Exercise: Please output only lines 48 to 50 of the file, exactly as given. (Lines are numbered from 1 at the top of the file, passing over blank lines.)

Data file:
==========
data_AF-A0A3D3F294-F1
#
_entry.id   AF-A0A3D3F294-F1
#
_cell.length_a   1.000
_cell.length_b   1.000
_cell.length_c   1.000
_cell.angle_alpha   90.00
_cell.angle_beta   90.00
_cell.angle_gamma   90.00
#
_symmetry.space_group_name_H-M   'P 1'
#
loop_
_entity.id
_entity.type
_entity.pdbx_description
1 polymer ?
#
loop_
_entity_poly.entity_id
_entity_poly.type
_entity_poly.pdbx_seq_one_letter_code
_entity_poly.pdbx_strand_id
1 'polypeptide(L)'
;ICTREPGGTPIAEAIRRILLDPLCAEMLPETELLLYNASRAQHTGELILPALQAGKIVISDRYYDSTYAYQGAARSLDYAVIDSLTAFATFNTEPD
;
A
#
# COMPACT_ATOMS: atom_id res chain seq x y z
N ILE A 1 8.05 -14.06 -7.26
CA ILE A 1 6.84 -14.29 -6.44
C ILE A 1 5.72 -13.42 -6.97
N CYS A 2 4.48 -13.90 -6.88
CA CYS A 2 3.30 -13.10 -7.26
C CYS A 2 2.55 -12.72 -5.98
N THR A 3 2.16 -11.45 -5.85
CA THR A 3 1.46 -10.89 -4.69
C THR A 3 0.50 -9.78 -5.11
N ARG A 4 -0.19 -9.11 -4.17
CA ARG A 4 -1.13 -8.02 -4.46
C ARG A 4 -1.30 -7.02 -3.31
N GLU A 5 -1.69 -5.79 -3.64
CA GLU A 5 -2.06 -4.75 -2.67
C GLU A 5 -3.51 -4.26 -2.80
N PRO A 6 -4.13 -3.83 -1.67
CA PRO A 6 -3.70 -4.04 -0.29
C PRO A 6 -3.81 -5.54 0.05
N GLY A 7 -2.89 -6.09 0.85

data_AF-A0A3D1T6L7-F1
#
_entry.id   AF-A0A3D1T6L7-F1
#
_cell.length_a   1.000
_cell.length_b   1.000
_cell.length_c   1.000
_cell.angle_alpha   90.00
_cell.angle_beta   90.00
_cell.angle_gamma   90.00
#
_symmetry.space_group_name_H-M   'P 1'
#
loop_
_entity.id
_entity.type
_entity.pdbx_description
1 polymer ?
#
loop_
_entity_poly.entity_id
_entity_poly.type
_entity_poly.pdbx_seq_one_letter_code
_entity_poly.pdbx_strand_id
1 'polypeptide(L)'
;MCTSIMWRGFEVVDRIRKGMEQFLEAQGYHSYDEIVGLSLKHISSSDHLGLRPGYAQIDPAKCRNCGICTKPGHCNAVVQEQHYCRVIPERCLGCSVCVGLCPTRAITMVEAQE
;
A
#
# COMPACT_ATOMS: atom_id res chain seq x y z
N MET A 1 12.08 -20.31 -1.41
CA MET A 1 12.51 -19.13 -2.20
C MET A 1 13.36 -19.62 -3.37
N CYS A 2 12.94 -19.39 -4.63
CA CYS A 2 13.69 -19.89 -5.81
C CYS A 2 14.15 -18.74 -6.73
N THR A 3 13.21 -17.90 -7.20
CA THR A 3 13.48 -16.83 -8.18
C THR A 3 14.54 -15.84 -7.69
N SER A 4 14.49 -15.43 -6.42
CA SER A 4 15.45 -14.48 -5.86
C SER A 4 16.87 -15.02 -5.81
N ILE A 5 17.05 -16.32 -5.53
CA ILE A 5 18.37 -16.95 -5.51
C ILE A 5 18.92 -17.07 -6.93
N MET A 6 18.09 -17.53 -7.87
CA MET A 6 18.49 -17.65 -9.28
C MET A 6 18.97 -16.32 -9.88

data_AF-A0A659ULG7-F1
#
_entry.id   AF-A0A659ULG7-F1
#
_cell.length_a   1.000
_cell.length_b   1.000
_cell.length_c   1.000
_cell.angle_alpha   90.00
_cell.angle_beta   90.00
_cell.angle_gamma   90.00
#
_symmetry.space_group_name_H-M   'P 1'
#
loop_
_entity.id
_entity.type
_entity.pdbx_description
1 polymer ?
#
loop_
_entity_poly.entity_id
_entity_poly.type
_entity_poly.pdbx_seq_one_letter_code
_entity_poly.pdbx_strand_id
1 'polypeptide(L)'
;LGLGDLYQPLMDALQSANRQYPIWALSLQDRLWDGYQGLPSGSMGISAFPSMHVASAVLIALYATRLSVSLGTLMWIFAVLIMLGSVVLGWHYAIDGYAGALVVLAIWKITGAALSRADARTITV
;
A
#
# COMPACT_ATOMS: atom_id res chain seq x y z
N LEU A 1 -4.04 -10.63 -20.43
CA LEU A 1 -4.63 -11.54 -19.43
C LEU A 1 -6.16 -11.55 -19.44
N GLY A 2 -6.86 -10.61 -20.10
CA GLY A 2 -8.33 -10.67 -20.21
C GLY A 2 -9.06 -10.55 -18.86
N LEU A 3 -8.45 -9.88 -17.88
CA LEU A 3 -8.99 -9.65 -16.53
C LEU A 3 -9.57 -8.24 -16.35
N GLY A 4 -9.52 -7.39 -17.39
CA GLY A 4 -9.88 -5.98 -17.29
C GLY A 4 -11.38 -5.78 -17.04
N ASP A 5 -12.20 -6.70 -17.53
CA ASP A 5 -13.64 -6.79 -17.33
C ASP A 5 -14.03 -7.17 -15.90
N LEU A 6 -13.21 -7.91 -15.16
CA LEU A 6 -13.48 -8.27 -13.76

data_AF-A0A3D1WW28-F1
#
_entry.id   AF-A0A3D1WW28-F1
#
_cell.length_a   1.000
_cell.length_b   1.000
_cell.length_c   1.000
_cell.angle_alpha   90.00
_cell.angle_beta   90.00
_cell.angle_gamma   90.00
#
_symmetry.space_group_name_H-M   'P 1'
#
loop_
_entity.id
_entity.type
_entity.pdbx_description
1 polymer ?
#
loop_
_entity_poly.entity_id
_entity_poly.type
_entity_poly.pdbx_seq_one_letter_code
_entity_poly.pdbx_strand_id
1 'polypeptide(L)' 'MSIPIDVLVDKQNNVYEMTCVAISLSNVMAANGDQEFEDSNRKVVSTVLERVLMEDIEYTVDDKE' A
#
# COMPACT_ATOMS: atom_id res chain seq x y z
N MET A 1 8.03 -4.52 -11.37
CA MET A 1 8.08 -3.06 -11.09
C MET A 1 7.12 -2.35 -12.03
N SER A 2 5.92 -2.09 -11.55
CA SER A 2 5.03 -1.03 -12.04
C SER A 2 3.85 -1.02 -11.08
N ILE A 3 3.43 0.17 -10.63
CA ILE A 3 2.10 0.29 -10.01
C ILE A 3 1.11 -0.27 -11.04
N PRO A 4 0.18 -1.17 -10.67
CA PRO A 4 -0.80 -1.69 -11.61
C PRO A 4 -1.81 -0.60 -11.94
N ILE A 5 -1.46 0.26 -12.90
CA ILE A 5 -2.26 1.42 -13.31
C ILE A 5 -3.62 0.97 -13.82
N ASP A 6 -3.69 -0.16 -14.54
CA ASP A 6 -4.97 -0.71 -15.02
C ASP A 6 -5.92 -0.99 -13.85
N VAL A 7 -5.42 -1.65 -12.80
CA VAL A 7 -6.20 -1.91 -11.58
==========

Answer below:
C PRO A 6 -3.81 -5.54 0.05
N GLY A 7 -2.89 -6.09 0.85

data_AF-A0A3D1T6L7-F1